This section contains 1,745 words
(approx. 6 pages at 300 words per page)
Critical Essay by George Fortenberry
SOURCE: "Prufrock and the Fool Son," in Ball State University Forum, Vol. VIII, Winter, 1967, pp. 51-54.
In the following essay, Fortenberry explores the influence of Jules Laforgue on "Prufrock" and considers the role of the fool.
How much or how little the title of a poem means is, of course, left to the whim or decision of the poet. Upon occasion, however, a title will furnish the best clue to the meaning and significance of a poem. It is quite possible that the title, "The Love Song of J. Alfred Prufrock," could furnish us with meaning we have not found before. This title has received very little attention considering the great attention which the poem itself has received. The following remarks focus upon the title of the poem, especially its use of the term "song."
In spite of the fact that "The Love Song of J. Alfred Prufrock" has fostered many articles, enough, in fact, to make it one of the best understood works in our language, the poem is not well read by—not well explained to—thousands of college freshmen each year who find it in the section of their readers devoted to the latest poetry to be anthologized. Often they are rather shocked to learn that the poem is vintage 1915, which, although a good year, seems long ago to a freshman. They are also shocked to learn that it has been in print longer than some Thomas Hardy and a great deal of Housman and Hopkins. "The Love Song of J. Alfred Prufrock" is no longer young. It is of such an age that coming to terms with it becomes very important.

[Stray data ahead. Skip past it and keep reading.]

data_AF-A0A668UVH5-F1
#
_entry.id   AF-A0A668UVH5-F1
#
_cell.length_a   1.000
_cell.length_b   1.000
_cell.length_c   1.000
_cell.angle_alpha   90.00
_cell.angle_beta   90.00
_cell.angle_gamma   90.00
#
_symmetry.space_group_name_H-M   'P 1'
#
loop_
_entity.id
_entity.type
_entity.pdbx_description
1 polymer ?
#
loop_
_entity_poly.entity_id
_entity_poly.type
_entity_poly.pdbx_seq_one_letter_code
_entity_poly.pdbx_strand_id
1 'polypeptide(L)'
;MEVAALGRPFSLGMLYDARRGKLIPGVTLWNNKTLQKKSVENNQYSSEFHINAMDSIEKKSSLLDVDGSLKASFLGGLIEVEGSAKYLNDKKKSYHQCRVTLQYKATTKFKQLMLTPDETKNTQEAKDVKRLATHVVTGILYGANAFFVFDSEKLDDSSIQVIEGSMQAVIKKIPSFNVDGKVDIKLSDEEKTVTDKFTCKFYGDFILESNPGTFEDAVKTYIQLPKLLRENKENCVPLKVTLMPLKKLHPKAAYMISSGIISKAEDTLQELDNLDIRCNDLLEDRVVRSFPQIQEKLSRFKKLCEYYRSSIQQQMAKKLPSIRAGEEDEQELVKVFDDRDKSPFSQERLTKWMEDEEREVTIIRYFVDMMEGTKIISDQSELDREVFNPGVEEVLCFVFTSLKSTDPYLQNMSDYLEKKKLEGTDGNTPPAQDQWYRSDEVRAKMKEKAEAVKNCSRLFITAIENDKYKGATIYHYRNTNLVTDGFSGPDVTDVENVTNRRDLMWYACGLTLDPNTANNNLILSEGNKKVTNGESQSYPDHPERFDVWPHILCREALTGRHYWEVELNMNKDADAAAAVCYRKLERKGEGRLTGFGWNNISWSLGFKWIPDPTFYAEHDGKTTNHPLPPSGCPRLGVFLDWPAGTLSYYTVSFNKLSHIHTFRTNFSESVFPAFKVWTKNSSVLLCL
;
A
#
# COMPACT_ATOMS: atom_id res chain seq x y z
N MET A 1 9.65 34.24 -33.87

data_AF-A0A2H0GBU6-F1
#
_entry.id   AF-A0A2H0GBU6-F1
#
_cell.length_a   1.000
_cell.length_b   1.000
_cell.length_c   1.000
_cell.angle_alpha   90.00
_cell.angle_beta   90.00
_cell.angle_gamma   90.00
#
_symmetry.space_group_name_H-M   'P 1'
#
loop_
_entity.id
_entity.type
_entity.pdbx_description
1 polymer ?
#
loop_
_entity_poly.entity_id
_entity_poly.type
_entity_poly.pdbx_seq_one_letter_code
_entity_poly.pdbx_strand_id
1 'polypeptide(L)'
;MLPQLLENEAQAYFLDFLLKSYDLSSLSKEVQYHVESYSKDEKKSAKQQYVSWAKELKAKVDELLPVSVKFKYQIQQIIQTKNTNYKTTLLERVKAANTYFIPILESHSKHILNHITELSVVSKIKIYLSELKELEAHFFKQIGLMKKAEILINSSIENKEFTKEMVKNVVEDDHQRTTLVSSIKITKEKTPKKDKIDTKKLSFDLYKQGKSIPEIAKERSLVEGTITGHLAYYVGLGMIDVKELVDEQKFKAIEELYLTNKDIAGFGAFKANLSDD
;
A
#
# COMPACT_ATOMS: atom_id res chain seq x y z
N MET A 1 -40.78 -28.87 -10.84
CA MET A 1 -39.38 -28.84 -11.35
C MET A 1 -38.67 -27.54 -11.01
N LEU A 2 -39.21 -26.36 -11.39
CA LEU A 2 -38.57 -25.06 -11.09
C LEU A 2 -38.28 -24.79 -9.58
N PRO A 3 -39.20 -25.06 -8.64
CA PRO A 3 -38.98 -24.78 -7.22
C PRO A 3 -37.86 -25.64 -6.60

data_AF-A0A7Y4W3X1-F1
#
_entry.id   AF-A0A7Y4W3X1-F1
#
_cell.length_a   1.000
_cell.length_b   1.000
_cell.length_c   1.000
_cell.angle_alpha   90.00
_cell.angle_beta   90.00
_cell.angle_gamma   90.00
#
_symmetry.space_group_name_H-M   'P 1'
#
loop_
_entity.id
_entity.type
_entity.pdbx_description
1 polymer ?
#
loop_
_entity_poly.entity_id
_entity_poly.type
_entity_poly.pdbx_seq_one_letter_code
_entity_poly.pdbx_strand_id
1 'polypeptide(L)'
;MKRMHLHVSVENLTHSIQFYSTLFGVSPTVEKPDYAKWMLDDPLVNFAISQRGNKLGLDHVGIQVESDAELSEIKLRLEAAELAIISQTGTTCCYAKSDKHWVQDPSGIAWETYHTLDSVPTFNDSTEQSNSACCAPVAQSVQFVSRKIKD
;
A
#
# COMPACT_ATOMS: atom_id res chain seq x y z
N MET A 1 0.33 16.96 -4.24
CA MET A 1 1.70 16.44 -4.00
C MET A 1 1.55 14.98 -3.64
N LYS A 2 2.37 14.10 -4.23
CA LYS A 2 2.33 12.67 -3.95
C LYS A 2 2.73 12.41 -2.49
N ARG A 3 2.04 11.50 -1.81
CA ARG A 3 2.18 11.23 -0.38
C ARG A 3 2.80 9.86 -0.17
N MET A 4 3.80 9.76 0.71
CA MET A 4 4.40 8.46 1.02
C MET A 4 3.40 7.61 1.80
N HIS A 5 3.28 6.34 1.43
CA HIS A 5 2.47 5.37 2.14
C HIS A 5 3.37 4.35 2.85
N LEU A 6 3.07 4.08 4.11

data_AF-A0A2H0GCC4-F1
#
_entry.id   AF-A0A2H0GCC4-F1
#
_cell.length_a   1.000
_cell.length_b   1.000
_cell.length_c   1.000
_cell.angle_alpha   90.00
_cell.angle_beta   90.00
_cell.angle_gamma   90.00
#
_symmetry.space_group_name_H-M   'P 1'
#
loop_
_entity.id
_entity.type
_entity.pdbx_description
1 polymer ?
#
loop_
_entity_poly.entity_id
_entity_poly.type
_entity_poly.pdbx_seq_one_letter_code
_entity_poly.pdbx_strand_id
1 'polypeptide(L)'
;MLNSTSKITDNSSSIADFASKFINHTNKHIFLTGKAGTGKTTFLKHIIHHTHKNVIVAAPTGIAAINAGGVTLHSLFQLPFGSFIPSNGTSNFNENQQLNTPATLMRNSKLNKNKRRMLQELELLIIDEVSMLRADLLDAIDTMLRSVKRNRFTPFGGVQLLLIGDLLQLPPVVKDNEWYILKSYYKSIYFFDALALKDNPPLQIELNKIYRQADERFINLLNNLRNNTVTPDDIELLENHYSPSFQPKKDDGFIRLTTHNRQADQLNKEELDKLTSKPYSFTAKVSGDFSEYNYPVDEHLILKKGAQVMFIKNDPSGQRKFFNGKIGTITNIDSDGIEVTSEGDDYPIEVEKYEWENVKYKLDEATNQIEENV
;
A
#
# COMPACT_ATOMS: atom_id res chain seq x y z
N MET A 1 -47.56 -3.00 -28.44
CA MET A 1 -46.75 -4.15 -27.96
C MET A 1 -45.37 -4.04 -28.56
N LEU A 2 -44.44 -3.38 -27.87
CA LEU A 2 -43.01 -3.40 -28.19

Those who have long used the Brooks and Warren explanation of the Prufrock poem and are satisfied need go no further. It is a reasonable and sound explanation and one of the few attempts to deal with the whole poem by bringing some semblance of unity to it. Unfortunately for those who seek further than Brooks and Warren, most articles on the poem deal almost entirely with fragments, with single lines or single words, with Mermaids, rolled trousers, or gastric problems caused by peaches. This line-by-line approach is entirely natural because lines of the poem, especially those in the last section, seem to lack unity. Other essays are concerned with the sources of various lines in the poem. This approach is also a natural development which grew out of Eliot's own precedent of publishing notes on "The Wasteland." One of the best articles of this type, John C. Pope's "Prufrock and Raskalnikov," was provocative enough to merit a reply by Eliot in which he claimed the source for the Hamlet in "The Love Song of J. Alfred Prufrock" to be the work of Jules Laforgue, not Dostoyevsky's Crime and Punishment, as Pope had contended.
Explanation of "The Love Song of J. Alfred Prufrock" should begin with attention to the work of Jules Laforgue where Eliot has directed us. Not only that, but attention should be given to Laforgue's Hamlet, a character not too much like Shakespeare's Hamlet. Critics have known for a long time of Laforgue's influence. They have not, however, paid much attention to his Hamlet in trying to interpret the poem.